It’s interesting to reflect on the past 3 years and how the pandemic has changed the vernacular for what is effective for sustaining and adapting to change. Each day or week in our workplace we were changing policies and procedures as they were mandated through IPAC or the Ministry on how to provide safe and competent care.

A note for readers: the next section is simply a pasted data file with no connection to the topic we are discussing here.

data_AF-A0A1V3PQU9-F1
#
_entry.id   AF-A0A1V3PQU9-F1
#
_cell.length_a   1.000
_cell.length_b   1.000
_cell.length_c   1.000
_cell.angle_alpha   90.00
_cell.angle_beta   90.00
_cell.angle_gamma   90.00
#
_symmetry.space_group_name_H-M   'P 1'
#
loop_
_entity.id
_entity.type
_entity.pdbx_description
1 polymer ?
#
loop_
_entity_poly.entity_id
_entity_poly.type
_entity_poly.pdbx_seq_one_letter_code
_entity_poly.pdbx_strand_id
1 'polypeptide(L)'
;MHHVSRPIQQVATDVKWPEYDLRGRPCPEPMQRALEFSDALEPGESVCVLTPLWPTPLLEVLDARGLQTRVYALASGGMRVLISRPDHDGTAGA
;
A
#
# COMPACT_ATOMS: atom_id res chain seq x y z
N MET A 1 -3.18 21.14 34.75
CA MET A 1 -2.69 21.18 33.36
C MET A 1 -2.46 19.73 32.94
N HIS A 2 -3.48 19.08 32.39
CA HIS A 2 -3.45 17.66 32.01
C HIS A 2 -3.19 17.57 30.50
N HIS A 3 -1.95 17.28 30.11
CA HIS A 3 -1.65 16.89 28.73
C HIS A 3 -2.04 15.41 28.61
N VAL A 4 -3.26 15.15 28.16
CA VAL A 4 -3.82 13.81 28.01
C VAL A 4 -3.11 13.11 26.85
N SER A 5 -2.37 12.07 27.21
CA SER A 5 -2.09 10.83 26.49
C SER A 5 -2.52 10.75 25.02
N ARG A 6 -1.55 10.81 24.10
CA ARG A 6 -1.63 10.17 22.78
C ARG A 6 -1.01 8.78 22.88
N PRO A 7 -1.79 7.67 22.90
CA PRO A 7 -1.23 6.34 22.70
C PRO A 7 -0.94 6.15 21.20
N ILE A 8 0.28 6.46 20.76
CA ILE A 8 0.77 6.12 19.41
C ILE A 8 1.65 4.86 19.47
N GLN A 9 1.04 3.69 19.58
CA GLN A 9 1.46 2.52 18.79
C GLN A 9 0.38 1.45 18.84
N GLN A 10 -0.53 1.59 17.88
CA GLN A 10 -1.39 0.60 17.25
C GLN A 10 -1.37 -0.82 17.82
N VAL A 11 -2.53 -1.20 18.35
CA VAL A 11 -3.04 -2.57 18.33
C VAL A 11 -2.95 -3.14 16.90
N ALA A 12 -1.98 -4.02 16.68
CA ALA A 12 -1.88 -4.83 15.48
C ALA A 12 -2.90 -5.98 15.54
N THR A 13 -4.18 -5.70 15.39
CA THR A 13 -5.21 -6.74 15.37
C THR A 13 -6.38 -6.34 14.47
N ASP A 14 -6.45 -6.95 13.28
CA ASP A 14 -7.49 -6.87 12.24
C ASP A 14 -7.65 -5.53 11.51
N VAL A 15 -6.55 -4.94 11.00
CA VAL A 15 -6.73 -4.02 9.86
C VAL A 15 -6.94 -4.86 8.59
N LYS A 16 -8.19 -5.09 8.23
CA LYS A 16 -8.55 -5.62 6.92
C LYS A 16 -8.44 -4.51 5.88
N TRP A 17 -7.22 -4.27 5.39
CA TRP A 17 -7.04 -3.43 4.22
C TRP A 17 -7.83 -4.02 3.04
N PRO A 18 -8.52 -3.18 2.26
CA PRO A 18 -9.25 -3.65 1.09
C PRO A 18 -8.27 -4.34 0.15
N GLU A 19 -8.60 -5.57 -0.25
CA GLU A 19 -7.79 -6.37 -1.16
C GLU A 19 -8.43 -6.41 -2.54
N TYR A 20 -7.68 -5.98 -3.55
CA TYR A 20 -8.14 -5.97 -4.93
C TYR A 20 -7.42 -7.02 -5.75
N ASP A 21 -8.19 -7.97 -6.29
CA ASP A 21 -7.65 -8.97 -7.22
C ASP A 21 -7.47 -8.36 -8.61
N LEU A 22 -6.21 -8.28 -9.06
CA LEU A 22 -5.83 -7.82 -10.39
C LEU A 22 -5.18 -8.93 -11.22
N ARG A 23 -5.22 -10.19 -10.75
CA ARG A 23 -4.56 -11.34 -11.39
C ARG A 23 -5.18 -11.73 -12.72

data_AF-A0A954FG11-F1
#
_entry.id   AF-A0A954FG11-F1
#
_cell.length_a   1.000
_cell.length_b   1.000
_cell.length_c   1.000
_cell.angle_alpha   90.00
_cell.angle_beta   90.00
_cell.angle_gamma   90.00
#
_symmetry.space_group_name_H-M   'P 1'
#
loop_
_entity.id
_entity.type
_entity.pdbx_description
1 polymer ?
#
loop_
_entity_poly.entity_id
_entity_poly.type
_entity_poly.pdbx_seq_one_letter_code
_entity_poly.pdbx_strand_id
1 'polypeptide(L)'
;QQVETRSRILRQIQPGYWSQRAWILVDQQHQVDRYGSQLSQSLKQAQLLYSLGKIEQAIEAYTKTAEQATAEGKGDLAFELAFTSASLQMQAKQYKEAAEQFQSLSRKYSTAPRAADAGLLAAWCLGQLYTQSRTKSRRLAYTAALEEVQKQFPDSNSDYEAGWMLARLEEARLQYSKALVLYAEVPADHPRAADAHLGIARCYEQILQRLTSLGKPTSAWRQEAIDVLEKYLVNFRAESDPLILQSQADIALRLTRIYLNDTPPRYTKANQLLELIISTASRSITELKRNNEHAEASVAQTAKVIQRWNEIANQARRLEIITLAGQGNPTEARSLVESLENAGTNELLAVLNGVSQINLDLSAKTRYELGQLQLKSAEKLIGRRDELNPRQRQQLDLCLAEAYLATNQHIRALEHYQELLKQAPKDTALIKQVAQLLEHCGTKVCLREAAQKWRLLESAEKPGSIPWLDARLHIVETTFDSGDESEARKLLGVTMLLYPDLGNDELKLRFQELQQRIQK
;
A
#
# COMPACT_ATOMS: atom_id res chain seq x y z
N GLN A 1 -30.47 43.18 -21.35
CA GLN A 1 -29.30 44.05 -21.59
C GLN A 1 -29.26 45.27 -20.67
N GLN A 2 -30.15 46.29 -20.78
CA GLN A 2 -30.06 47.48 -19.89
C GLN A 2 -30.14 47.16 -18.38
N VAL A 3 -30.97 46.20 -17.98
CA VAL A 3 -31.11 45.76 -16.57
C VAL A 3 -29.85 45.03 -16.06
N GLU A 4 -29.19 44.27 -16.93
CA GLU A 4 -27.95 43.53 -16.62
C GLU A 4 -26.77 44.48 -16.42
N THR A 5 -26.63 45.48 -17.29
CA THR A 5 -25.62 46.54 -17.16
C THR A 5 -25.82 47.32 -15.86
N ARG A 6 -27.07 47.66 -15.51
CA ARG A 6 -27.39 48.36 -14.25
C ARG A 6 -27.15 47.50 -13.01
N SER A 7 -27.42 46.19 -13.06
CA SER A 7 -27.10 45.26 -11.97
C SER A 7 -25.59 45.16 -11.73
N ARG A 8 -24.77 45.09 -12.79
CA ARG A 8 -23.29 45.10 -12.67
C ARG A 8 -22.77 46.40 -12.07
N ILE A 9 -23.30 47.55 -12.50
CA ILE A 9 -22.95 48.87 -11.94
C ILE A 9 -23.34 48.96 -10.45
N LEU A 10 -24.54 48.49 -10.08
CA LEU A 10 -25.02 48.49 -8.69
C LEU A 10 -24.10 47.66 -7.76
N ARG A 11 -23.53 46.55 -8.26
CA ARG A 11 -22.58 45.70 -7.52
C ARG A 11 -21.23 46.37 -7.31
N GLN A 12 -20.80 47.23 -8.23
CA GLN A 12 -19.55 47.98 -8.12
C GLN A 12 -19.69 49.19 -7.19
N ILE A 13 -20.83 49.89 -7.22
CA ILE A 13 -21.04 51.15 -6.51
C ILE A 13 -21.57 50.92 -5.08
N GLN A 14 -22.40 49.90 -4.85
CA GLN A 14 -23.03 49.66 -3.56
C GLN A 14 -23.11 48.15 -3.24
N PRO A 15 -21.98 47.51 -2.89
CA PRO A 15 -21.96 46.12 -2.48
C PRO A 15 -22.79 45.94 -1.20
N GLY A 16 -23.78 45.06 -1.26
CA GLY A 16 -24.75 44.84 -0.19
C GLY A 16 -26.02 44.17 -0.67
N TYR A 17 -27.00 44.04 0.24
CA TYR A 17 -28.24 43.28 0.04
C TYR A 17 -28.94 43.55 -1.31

I agree with many of you that it is difficult to allocate one trait that is superior above the rest, but adaptable to change is one that resonates most with me at the moment. Providing palliative care under a mask and goggles was surreal in the beginning and now we have all had to accept the fact that when our patients are at their most vulnerable, we are relying on our verbal expressions to relay comfort and compassion in their final moments. It is a struggle with some of our dementia patients as they can be easily calmed with a smile instead of the scared look that sometimes occurs when a Nurse walks in gowned up trying to maintain an environment of calm and serenity. One of the most positive temporary changes was that our music therapist was able to be on our unit fulltime. This allowed legacy work and an extra person that could be at the bedside to provide comfort and time more often than pre-pandemic. We have been fortunate to have at least allowed essential caregivers at the bedside, but we have also noticed a trend that patient’s are trying to stay at home for as long as possible before coming into palliative care, so that they can have as many family members with them for as long as possible. The terminology used to describe essential caregiver has been paramount in allowing patients to have whomever they consider their tribe to be with them in their final moments.